It is a hugely-successful Huddersfield community event.

And now Slaithwaite Moonraking Festival’s On the Road to Manchester Storytelling Project is shortlisted for a national award from the British Awards for Storytelling Excellence (BASE).

Festival organisers successfully bid to the Clore Duffield Foundation for a grant to run a six-month community and education programme in Colne Valley schools.

The project became a chance for young people to get involved in the festival by exploring and experiencing storytelling through workshops and performances.

Many of the sessions created new links between the primary and high schools, libraries, community organisations and the festival.

The schools programme of storytelling workshops was delivered by Gill Bond and Andy Burton, from Satellite Arts, and Susanna Meese, from Telling Tales, running up to the 2013 Festival. They explored the telling of stories, working with words and images, incorporating shadow puppetry, poetry, lyrics and stories to involve children of all abilities.

The moon is lifted from the canal at 2013's Slaithwaite Moonraking Festival
The moon is lifted from the canal at 2013's Slaithwaite Moonraking Festival
 

The work was showcased alongside professional storytelling events as part of the festival programme, which featured Taffy Thomas; Peter Chand; M’soshi; Satellite Arts and Telling Tales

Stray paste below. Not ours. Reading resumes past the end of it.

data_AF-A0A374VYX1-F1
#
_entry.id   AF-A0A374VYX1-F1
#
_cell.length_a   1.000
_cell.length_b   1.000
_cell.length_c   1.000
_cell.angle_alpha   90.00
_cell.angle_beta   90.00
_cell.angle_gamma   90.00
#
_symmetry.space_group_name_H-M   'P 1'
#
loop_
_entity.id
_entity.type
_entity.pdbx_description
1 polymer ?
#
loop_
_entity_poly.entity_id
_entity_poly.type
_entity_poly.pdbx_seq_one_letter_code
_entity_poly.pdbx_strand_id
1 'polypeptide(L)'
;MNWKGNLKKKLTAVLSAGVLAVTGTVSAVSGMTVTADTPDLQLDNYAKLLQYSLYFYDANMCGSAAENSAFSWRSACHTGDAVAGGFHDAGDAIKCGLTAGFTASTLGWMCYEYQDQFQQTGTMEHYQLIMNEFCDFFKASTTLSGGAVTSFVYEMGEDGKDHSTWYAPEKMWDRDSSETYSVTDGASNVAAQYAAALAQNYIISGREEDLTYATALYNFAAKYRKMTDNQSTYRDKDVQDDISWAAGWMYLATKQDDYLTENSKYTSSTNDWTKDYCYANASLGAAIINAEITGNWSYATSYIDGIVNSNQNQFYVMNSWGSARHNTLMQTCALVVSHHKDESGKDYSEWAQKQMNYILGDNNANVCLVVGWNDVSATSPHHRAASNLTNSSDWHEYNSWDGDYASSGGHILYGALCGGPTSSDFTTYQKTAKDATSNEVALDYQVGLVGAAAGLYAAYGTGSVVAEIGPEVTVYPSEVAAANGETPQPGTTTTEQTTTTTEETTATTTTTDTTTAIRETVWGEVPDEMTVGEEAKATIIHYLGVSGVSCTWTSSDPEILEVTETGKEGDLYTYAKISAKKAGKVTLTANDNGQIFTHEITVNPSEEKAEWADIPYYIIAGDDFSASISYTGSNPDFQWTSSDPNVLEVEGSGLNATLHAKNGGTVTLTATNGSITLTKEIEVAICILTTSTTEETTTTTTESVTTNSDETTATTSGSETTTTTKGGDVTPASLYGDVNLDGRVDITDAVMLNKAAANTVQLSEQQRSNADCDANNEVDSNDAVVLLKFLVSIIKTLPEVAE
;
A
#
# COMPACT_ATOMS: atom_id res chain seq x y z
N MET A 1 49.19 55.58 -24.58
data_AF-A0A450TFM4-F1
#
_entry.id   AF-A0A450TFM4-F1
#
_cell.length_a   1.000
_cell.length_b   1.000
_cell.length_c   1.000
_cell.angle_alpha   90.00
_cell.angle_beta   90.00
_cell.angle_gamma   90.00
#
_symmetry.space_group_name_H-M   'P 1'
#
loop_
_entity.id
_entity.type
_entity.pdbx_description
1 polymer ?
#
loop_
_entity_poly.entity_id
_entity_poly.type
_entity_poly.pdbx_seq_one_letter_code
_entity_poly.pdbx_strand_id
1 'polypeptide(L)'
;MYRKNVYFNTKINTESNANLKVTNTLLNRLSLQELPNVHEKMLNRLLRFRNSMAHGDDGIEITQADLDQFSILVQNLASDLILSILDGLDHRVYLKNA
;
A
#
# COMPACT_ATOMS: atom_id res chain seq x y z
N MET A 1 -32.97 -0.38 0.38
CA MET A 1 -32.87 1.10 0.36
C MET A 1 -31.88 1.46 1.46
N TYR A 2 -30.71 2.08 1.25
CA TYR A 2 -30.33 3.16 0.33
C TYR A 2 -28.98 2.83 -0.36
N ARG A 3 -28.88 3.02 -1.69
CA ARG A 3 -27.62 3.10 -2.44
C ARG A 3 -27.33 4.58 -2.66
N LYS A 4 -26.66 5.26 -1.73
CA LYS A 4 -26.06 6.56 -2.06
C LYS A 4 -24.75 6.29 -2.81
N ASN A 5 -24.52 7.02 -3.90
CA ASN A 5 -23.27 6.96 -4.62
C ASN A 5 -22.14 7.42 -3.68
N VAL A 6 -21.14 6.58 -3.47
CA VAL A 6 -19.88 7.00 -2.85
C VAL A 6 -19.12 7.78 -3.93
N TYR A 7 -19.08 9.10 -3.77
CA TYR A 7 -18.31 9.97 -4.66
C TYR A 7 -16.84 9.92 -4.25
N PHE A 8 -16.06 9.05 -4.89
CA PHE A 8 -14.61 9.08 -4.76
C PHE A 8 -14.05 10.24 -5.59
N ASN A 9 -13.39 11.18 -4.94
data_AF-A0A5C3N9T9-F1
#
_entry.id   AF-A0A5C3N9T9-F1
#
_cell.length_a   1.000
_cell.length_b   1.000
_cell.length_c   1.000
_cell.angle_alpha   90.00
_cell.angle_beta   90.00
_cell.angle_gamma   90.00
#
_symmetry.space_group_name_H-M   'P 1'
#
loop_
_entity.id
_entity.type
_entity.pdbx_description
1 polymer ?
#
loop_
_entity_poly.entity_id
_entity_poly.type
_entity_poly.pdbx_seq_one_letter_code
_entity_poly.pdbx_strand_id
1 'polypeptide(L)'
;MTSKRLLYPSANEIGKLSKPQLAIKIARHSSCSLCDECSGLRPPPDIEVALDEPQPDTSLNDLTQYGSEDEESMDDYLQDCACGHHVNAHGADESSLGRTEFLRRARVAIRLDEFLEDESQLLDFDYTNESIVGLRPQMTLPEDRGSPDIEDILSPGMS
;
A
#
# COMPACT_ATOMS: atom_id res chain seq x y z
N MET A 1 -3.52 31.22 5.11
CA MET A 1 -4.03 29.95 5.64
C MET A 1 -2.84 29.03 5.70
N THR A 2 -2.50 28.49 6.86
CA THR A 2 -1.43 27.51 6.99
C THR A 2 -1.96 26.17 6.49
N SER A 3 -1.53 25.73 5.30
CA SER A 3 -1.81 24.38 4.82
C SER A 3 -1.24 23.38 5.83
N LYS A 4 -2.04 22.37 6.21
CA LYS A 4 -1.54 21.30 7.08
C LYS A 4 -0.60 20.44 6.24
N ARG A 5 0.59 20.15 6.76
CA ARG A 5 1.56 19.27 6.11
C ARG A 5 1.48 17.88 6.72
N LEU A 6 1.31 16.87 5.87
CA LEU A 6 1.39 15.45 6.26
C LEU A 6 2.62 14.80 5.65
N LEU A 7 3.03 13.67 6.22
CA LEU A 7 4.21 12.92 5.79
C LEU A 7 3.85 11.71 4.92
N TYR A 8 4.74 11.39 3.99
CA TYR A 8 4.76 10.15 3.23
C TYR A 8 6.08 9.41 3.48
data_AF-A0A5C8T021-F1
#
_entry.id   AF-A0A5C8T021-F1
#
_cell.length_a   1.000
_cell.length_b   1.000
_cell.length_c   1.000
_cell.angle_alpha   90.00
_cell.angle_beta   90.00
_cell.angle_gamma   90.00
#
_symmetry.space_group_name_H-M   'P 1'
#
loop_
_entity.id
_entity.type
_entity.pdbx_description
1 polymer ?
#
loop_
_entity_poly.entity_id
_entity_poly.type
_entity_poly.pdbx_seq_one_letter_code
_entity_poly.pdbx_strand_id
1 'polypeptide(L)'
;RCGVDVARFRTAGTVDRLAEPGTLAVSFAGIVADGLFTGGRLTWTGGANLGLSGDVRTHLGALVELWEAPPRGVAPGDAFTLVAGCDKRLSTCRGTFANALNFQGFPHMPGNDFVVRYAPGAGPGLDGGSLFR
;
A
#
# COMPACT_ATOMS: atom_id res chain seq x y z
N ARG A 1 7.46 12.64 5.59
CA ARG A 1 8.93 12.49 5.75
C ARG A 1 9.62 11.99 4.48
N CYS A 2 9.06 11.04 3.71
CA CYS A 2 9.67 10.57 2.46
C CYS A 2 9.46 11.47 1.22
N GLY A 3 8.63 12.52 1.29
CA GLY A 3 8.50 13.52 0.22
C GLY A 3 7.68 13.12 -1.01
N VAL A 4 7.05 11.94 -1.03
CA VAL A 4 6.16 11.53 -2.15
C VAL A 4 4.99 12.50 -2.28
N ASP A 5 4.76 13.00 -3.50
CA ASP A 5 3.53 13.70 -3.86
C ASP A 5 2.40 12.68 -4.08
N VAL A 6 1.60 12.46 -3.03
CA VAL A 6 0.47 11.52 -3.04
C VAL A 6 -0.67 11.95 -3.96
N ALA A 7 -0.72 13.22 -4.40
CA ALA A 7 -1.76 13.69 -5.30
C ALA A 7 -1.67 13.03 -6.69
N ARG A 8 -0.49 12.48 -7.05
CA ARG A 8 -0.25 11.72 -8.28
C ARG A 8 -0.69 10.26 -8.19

The On the Road to Manchester project was nominated by Lee Bray, a Community and Outreach worker involved in the project:

The project is nominated in the Outstanding Community Project Category and is featured on the BASE website, www.storyawards.org.uk alongside the other shortlisted nominees.

Voting for the nominated storytellers and projects is now open and will close on October 1.

Gill Bond, co-ordinator of the festival and the storytelling project said: “It is lovely to have the creative arts work that we do on a local level recognised nationally.

“We have been building the storytelling aspect of Moonraking Festival programme over a number of years, and this project enabled us to offer intensive and meaningful storytelling skills to children, young people and teachers through workshops in schools”

The Festival in February attracted 3,000 to the finale in Slaithwaite, which featured the re-enactment of the legend of smugglers raking the moon out of the canal.